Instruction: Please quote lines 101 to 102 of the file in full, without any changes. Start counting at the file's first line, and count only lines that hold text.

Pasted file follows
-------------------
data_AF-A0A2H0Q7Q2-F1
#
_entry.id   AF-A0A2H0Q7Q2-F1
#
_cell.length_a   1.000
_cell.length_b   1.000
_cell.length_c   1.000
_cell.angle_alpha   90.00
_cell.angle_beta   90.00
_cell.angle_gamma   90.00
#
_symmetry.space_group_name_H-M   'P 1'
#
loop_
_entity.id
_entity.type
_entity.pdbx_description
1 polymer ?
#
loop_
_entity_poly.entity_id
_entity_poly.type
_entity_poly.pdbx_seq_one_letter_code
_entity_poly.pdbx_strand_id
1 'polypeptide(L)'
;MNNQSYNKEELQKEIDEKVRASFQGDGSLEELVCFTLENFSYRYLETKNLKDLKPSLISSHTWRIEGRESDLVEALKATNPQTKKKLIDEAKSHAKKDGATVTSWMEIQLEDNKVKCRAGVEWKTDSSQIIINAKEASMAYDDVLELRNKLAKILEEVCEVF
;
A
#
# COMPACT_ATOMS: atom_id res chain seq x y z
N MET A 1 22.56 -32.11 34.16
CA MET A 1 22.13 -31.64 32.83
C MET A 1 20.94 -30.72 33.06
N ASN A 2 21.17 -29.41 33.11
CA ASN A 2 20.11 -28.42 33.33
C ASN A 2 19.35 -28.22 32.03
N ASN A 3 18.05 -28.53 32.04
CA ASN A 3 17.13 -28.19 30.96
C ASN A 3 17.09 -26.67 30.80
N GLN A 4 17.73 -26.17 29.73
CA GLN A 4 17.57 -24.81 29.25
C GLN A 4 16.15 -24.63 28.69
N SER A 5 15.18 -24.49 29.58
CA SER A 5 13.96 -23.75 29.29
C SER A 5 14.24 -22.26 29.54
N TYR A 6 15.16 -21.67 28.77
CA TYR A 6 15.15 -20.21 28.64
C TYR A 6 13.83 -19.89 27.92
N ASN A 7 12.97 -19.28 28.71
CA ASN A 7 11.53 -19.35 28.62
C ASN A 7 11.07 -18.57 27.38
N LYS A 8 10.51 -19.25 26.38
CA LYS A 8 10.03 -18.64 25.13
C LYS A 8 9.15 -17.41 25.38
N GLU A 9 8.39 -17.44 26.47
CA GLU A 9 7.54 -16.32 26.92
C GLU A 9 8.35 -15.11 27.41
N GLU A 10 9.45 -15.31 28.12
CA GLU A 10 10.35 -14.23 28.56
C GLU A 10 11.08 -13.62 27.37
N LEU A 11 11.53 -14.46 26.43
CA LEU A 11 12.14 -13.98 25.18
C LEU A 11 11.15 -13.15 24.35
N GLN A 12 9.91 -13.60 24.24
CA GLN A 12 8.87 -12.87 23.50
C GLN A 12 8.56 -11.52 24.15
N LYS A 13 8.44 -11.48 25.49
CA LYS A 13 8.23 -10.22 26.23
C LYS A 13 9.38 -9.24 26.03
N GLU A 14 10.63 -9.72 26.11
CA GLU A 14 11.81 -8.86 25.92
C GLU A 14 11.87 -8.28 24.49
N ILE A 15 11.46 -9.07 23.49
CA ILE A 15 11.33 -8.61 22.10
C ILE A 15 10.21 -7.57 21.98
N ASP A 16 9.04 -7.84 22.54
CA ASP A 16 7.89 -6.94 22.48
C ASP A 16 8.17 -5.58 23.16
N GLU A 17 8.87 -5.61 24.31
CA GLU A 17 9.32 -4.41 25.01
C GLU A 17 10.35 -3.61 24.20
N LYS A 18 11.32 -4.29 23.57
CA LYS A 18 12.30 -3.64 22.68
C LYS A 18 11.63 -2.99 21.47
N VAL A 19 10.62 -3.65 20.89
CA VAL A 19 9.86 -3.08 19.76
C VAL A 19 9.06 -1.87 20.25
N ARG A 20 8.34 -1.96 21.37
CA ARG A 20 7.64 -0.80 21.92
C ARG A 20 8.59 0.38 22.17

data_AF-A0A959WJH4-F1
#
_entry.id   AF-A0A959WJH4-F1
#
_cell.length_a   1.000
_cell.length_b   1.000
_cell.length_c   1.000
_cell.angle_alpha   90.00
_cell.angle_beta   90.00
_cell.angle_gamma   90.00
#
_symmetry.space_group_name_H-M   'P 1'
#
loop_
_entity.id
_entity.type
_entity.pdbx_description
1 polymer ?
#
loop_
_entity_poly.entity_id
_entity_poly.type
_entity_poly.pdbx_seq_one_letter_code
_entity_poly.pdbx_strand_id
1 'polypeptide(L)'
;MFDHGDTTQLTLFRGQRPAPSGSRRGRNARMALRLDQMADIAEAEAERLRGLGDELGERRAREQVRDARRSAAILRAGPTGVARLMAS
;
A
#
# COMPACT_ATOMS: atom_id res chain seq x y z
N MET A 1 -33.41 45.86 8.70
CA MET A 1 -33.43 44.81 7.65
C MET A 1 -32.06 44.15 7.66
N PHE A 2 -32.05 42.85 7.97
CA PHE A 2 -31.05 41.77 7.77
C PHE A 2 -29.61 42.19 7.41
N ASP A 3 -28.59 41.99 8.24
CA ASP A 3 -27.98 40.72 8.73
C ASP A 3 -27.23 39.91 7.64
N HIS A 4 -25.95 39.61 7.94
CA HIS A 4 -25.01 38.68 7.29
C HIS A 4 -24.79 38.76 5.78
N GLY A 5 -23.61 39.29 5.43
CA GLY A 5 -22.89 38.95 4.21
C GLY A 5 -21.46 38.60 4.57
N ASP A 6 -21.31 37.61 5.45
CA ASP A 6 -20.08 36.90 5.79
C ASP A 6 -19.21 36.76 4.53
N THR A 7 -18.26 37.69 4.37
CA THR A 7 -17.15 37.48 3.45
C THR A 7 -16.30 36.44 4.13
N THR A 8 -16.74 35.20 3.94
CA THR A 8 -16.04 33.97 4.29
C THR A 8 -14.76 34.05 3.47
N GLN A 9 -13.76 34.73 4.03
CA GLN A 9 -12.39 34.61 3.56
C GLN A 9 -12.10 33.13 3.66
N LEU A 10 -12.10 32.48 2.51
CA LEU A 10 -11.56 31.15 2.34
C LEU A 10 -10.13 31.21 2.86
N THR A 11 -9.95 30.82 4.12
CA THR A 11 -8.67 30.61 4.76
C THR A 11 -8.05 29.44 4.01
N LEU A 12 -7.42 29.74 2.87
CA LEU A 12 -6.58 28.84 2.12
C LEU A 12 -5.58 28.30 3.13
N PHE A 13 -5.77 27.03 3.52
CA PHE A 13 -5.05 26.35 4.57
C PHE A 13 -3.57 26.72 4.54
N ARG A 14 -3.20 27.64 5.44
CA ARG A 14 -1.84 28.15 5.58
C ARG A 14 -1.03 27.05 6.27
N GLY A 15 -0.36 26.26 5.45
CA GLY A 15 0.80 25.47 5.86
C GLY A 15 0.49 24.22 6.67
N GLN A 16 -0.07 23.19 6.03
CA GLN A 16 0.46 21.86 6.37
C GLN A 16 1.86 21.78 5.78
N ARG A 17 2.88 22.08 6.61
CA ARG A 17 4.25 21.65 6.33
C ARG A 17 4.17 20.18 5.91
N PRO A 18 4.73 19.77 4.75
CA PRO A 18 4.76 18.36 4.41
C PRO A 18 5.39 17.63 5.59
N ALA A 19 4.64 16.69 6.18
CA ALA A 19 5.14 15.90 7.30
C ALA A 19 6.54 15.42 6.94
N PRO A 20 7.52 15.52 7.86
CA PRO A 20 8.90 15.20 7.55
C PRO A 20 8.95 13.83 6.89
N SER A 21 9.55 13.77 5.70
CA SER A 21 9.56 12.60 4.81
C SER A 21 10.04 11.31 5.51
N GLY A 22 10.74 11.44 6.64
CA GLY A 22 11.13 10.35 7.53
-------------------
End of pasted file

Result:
#
_symmetry.space_group_name_H-M   'P 1'